Another FAA Smackdown: More Fines For Misbehaving Passengers

The United States Department of Transportation’s Federal Aviation Administration (FAA) has just proposed another round of fines for poorly behaved airline passengers. Eight new airline passengers are in the regulator’s sights, with proposed fines ranging from US$9,000 to $22,000.

The FAA has just announced another round of proposed fines following more bad passenger behavior. Photo” Don Wilson/Sea-Tac Airport

The second round of FAA fines in a week

Only a week ago, the FAA shamed four passengers with $43,800 in fines relating to misconduct that occurred in February. As part of its campaign to crack down on bad inflight behavior, on Tuesday the FAA added to the growing rollcall. The regulator says the latest offenses range from assaulting flight crew, drinking alcohol brought aboard the plane, and refusing to wear facemasks.

In one of the latest cases, a Southwest Airlines passenger flying to Albuquerque (ABQ) on February 22 repeatedly refused to wear a face mask before boarding and after boarding, causing the aircraft to return to the gate. A Southwest Airlines supervisor then boarded the flight to escort the male passenger off the flight. He threw his mask at the supervisor, hit him on the jaw, and continued to refuse the wear the face mask. Police subsequently intervened. The FAA wants to fine the man $21,000.

In another instance, a passenger on a SkyWest Airlines flight from Phoenix (PHX) to Hermosillo (HMO) became agitated when the plane returned to Phoenix due to bad weather. The passenger began hitting the ceiling of the aircraft. When a flight attendant intervened, the passenger demanded crew names and employee numbers.

He also began filming a female flight attendant, forcing her to switch workstations. Other passengers were put on standby to assist if the passenger’s behavior deteriorated further. It did, but not until the flight landed. The passenger then struck a neighboring passenger. Police were called. The FAA wants to fine this gentleman $19,000.

In one example of bad behavior, a creepy Skywest passenger began filming a female flight attendant. Photo: Skywest Airlines

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Female Endeavor Airlines passenger faces a $14,000 fine

Simple Flying searched the list of the eight latest miscreants for a badly behaved female passenger in the interests of equal opportunity. But only one female passenger made the list of FAA shame. On an Endeavor Airlines flight to Portland (PWM), a female passenger was also not abiding by face mask rules. Further, while the “Fasten Seat Belt” sign was illuminated, she unbuckled and stood up. The pilots alerted the police, who met the plane on arrival. The FAA wants to fine this lady $14,000.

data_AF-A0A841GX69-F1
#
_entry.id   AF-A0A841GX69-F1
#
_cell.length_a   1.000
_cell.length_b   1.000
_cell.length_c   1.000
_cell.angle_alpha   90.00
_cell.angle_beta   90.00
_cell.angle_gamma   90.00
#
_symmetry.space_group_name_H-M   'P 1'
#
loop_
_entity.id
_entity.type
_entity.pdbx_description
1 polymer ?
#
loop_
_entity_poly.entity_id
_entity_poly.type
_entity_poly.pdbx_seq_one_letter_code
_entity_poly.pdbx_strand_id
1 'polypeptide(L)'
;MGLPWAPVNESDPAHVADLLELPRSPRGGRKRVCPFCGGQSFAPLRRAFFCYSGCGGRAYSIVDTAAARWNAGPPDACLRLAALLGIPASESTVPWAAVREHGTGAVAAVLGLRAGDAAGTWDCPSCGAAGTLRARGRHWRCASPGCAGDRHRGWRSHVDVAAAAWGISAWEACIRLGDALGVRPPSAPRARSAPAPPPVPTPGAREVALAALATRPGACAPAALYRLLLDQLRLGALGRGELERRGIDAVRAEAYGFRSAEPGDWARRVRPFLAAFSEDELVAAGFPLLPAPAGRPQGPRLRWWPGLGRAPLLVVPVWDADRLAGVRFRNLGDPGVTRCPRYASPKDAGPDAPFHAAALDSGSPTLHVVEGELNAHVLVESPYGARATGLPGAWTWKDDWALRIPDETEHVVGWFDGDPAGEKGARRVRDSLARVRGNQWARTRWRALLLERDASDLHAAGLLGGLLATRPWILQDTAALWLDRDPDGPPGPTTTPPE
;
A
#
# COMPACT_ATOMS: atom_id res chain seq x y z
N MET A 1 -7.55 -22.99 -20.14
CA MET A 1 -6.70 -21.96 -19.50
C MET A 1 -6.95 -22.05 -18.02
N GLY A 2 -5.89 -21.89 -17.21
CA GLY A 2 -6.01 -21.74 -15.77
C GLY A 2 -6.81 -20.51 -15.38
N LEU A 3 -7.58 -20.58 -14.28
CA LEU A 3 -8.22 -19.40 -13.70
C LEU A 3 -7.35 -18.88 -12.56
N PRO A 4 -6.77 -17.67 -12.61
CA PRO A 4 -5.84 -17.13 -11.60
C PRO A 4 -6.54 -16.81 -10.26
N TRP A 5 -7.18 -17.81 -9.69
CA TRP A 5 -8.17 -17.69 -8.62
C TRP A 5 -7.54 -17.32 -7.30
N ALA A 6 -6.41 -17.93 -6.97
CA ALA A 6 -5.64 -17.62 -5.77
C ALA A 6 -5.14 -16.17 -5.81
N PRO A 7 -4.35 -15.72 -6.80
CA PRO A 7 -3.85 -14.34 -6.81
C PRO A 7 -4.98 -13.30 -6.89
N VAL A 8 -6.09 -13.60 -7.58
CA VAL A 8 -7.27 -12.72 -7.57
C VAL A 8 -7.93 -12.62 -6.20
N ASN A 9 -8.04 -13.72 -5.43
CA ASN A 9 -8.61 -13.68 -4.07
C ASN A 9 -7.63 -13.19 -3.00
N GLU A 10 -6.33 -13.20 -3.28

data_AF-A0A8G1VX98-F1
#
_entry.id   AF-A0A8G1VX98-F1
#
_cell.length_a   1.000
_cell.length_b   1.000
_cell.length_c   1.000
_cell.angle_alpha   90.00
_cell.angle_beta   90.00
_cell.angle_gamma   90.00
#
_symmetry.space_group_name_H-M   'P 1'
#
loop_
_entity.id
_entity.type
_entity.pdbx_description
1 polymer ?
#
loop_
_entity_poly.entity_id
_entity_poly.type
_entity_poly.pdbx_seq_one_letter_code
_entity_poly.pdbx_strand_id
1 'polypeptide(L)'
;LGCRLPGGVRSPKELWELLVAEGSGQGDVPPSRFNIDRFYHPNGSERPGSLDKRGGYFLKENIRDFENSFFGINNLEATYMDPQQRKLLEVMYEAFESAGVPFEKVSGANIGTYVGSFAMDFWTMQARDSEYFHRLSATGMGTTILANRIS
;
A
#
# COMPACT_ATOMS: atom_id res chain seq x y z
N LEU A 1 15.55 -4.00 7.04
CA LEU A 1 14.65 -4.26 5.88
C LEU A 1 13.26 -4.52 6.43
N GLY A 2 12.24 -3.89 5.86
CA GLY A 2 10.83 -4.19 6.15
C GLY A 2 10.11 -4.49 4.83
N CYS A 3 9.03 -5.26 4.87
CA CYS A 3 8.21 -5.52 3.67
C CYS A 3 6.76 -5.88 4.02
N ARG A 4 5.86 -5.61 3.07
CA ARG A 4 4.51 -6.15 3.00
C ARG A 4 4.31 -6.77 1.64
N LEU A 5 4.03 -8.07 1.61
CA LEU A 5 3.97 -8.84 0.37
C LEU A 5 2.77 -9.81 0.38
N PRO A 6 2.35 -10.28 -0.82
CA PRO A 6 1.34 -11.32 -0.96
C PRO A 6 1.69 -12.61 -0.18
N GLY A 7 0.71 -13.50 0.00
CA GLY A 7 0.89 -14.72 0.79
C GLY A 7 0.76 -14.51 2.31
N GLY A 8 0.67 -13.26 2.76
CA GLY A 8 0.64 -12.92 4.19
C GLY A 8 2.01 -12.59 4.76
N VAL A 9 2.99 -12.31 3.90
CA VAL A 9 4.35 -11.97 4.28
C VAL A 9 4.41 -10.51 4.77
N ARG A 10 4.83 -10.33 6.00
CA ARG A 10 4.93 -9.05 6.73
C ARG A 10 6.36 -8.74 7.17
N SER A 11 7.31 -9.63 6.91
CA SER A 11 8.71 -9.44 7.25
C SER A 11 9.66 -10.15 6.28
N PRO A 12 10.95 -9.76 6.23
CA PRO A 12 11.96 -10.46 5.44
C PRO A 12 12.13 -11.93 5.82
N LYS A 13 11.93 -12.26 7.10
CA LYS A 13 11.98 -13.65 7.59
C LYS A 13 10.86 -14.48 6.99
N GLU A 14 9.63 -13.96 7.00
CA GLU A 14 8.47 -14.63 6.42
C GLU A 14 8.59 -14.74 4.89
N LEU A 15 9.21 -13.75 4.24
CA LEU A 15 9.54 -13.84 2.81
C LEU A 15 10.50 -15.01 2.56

The FAA doesn’t name passengers they propose fining. But the regulator says it is adopting a zero-tolerance position on bad inflight behavior or failure to obey crew instructions. So far this year, the FAA has proposed $563,800 in fines against unruly passengers. They say they’ve received around 3,100 reports of unruly behavior from airlines. Around 75% of the reports relate to facemasks.

A coalition of ten airline industry groups is calling for tougher action against bad inflight behavior. Photo: Don Wilson/Sea-Tac Airport

Airline industry groups call for criminal prosecutions

A group of ten organizations, ranging from Airlines for America to pilot and flight attendant unions, have written to US Attorney General Merrick Garland asking for criminal instead of civil prosecutions.

In the letter dated June 21, the signatories ask Garland to do more to deter the more “egregious” types of inflight misbehavior.

“The federal government should send a strong and consistent message through criminal enforcement that compliance with federal law and upholding aviation safety are of paramount importance,” the letter says.

The group argues the US Government already has the power to do this. Section 46504 of Title 49 of the US Code prohibits the assault or intimidation of a flight crewmember or flight attendant that interferes with the performance of a crewmember’s duties or lessens the ability of the crewmember to perform those duties. With a maximum penalty of 20 years already in place, the letter suggests a few criminal prosecutions might focus attention on the issue. And no more hiding behind the FAA’s veil of anonymity.

“Making these prosecutions public will put a spotlight on the serious consequences when breaking the law and will act as an effective deterrent against future onboard disruptions.”

What do you think? Would the threat of criminal prosecutions and jail time rein in the spate of bad passenger behavior? Post a comment and let us know.